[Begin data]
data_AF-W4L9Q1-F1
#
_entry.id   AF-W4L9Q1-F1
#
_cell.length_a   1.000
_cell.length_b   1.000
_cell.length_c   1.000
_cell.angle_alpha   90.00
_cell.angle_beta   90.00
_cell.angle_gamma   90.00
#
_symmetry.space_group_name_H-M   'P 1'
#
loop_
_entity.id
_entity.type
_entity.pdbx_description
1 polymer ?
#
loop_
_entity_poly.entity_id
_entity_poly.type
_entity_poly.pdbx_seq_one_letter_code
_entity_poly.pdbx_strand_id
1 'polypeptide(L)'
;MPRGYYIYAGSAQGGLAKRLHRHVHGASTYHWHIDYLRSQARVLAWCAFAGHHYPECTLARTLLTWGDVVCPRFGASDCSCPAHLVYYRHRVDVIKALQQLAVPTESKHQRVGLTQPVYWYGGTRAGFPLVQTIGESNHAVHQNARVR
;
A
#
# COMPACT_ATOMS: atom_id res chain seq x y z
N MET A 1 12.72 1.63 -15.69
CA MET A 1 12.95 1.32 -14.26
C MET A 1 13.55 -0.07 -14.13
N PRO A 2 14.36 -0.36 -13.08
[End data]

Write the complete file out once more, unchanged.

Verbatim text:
data_AF-W4L9Q1-F1
#
_entry.id   AF-W4L9Q1-F1
#
_cell.length_a   1.000
_cell.length_b   1.000
_cell.length_c   1.000
_cell.angle_alpha   90.00
_cell.angle_beta   90.00
_cell.angle_gamma   90.00
#
_symmetry.space_group_name_H-M   'P 1'
#
loop_
_entity.id
_entity.type
_entity.pdbx_description
1 polymer ?
#
loop_
_entity_poly.entity_id
_entity_poly.type
_entity_poly.pdbx_seq_one_letter_code
_entity_poly.pdbx_strand_id
1 'polypeptide(L)'
;MPRGYYIYAGSAQGGLAKRLHRHVHGASTYHWHIDYLRSQARVLAWCAFAGHHYPECTLARTLLTWGDVVCPRFGASDCSCPAHLVYYRHRVDVIKALQQLAVPTESKHQRVGLTQPVYWYGGTRAGFPLVQTIGESNHAVHQNARVR
;
A
#
# COMPACT_ATOMS: atom_id res chain seq x y z
N MET A 1 12.72 1.63 -15.69
CA MET A 1 12.95 1.32 -14.26
C MET A 1 13.55 -0.07 -14.13
N PRO A 2 14.36 -0.36 -13.08